UPDATE 2-Italy draws 30 bln euros of demand for 15-year bond after ending budget row

(Releads with likely pricing, background, comment)

MILAN, Jan 15 (Reuters) – Italy drew more than 30 billion euros ($34 billion) of orders for a new 15-year bond sold through a syndicate of banks on Tuesday, showing strong appetite for Italian debt after Rome resolved a protracted row with Brussels over its budget.

The Italian government agreed in late December to cut its deficit target for this year, ending a dispute with the European Commission that had contributed to months of market turbulence. That brought down yields on Italian debt, as underlined by successful auctions last week.

The new BTP bond, due March 2035, will be priced later on Tuesday at 18 basis points over Italy’s outstanding September 2033 issue, according to Refinitiv’s IFR service — inside initial price guidance that was set at 20-22 basis points.

Order books closed at 1100 GMT.

Italy last completed a syndicated deal a year ago, selling a 20-year bond in January, months before the summer election of a populist government sapped appetite for Italian debt.

The deal “looks reasonably cheap and I think the deal is going to go well,” said John Taylor, a fixed income portfolio manager at AllianceBernstein, which has $550 billion of funds under management.

“Though all is not well for Italy in the medium term, we think there is some potential for spread tightening over the next six months and the spread over peers is pretty compelling in the meantime.”

Italy’s benchmark 10-year bond was yielding 265 basis points more than its German equivalent on Tuesday, much less than the 5-1/2 year high of 340 basis points it hit in October at the peak of the budget squabble between Rome and Brussels. German debt is the low-risk benchmark for the euro zone.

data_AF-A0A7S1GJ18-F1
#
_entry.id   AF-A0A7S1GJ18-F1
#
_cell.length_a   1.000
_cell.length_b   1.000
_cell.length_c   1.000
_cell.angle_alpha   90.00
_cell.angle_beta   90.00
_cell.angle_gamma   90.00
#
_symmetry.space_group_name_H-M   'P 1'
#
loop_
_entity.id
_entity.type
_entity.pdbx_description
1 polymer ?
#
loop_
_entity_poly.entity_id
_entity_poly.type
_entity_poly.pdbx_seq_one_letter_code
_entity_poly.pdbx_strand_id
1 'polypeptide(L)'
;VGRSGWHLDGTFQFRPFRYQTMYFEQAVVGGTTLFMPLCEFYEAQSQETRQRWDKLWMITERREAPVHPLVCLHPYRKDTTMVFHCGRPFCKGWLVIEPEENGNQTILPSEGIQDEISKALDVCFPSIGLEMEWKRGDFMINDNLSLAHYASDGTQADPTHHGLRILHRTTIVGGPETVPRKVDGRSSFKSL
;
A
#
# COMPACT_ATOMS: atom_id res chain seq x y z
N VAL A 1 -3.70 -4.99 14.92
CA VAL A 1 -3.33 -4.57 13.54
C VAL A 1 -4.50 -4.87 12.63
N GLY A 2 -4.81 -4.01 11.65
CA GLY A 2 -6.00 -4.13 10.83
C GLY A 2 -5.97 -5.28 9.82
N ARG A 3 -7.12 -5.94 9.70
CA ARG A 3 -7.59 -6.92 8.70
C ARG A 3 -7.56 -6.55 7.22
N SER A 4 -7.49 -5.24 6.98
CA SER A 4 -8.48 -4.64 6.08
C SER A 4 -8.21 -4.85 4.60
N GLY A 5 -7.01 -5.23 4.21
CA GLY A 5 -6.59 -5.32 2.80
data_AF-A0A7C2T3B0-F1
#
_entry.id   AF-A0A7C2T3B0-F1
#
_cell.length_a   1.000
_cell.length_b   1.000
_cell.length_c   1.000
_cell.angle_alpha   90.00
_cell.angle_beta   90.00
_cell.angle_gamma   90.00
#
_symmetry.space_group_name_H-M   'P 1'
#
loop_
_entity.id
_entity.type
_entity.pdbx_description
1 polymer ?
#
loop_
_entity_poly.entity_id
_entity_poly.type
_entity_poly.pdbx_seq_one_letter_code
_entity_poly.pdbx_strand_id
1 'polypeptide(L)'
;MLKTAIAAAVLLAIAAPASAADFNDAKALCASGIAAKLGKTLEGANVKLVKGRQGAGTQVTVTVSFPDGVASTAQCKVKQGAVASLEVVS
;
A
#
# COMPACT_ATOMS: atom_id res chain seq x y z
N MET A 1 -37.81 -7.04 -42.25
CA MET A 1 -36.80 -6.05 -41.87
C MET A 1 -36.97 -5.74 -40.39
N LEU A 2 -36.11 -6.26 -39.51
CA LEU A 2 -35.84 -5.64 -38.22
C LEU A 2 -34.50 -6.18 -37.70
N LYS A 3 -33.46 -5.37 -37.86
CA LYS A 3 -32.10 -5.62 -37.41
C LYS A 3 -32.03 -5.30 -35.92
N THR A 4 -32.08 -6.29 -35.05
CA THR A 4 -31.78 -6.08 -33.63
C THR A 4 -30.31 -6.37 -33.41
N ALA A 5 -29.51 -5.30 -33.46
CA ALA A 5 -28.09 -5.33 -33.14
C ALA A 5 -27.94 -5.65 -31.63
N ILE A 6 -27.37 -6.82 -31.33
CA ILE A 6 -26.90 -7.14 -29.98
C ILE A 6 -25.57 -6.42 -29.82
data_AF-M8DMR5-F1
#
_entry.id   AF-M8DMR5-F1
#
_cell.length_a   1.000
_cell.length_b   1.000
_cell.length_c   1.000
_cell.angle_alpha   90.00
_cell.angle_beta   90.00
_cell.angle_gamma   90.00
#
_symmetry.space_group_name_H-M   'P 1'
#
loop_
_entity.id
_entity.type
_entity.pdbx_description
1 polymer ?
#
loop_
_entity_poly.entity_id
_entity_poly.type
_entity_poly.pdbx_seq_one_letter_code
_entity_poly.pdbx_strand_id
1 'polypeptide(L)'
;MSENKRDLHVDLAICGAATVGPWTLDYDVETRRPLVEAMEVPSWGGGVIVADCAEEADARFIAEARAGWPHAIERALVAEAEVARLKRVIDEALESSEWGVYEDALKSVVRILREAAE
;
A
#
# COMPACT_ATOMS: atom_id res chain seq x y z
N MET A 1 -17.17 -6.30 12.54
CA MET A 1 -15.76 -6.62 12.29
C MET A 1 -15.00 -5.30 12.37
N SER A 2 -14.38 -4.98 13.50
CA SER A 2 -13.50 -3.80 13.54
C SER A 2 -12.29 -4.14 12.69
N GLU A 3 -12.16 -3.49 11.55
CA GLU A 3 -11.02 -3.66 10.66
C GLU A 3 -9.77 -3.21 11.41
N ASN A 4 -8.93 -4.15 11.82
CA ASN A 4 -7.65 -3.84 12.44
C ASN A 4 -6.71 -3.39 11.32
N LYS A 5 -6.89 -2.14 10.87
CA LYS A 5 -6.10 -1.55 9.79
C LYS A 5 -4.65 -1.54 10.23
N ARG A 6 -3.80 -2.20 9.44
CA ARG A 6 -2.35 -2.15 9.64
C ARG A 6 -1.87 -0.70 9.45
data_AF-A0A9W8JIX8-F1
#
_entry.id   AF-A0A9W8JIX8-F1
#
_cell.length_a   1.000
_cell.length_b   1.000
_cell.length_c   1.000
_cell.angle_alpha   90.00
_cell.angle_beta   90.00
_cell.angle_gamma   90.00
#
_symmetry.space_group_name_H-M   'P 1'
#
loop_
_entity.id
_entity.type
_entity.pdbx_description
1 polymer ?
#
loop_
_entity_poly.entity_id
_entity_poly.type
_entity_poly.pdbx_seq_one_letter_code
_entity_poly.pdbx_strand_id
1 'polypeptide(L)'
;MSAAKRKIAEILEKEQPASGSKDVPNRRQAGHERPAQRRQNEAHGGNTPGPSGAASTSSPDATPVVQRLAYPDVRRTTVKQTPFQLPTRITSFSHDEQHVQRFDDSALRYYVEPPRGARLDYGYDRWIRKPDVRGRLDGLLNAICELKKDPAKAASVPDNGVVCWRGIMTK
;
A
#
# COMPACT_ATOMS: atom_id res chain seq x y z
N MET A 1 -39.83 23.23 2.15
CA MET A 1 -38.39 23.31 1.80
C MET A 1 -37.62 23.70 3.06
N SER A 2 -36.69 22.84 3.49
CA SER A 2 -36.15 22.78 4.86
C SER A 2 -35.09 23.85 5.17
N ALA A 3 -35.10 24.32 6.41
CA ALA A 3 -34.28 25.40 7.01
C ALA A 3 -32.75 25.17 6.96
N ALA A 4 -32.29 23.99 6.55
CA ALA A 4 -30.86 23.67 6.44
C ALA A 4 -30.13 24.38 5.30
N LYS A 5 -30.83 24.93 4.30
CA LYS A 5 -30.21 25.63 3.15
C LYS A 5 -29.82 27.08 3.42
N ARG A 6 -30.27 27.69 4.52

Earlier this month, renewed fears about the Italian banking sector triggered a new sell-off in the country’s debt.

The Italian government set up a 1.3 billion euro fund to support Banca Carige after the troubled lender failed to approve the issue of fresh capital and the European Central Bank stepped in to appoint temporary administrators.

Tuesday’s deal shows Italy’s ability to tap the market even in the long-dated maturities, according to Commerzbank rates strategist Christoph Rieger.

“This should bolster sentiment which has taken quite a hit from the banking stories,” he said, adding that he expected a final size for the issue of 7.5 billion euros.

Barclays, Citi, HSBC, JP Morgan and UniCredit are joint lead managers for the deal.

Larger euro zone countries like Italy use syndication to target particular groups of investors such as international or retail buyers or to conduct long-dated bond sales that might struggle to gain traction at auction.

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